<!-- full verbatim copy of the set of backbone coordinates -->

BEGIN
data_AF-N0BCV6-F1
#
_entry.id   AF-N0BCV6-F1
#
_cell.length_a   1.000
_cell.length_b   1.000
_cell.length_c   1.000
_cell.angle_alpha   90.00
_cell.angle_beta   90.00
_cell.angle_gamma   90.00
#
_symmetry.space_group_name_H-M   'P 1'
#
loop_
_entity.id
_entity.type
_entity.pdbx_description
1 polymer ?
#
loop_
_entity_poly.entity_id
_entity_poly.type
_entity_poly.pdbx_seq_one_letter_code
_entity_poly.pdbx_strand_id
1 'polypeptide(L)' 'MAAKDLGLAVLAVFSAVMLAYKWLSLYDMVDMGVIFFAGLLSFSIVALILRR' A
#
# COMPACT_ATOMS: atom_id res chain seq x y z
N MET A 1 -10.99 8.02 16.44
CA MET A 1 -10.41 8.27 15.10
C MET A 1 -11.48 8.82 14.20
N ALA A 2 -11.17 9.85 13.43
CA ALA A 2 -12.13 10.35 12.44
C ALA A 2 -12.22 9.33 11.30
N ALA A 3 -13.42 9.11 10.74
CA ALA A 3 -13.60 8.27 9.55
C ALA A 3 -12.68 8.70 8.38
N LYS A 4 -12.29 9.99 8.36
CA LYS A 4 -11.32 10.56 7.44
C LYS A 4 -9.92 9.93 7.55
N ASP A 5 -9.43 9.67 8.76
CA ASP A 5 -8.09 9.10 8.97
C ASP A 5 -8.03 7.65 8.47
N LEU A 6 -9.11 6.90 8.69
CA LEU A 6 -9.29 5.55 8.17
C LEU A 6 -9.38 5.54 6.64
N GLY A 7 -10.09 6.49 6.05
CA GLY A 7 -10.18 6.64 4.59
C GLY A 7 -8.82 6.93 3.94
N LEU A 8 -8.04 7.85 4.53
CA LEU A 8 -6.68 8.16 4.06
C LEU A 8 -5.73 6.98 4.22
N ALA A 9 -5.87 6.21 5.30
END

data_AF-N0BCV6-F1
#
_entry.id   AF-N0BCV6-F1
#
_cell.length_a   1.000
_cell.length_b   1.000
_cell.length_c   1.000
_cell.angle_alpha   90.00
_cell.angle_beta   90.00
_cell.angle_gamma   90.00
#
_symmetry.space_group_name_H-M   'P 1'
#
loop_
_entity.id
_entity.type
_entity.pdbx_description
1 polymer ?
#
loop_
_entity_poly.entity_id
_entity_poly.type
_entity_poly.pdbx_seq_one_letter_code
_entity_poly.pdbx_strand_id
1 'polypeptide(L)' 'MAAKDLGLAVLAVFSAVMLAYKWLSLYDMVDMGVIFFAGLLSFSIVALILRR' A
#
# COMPACT_ATOMS: atom_id res chain seq x y z
N MET A 1 -10.99 8.02 16.44
CA MET A 1 -10.41 8.27 15.10
C MET A 1 -11.48 8.82 14.20
N ALA A 2 -11.17 9.85 13.43
CA ALA A 2 -12.13 10.35 12.44
C ALA A 2 -12.22 9.33 11.30
N ALA A 3 -13.42 9.11 10.74
CA ALA A 3 -13.60 8.27 9.55
C ALA A 3 -12.68 8.70 8.38
N LYS A 4 -12.29 9.99 8.36
CA LYS A 4 -11.32 10.56 7.44
C LYS A 4 -9.92 9.93 7.55
N ASP A 5 -9.43 9.67 8.76
CA ASP A 5 -8.09 9.10 8.97
C ASP A 5 -8.03 7.65 8.47
N LEU A 6 -9.11 6.90 8.69
CA LEU A 6 -9.29 5.55 8.17
C LEU A 6 -9.38 5.54 6.64
N GLY A 7 -10.09 6.49 6.05
CA GLY A 7 -10.18 6.64 4.59
C GLY A 7 -8.82 6.93 3.94
N LEU A 8 -8.04 7.85 4.53
CA LEU A 8 -6.68 8.16 4.06
C LEU A 8 -5.73 6.98 4.22
N ALA A 9 -5.87 6.21 5.30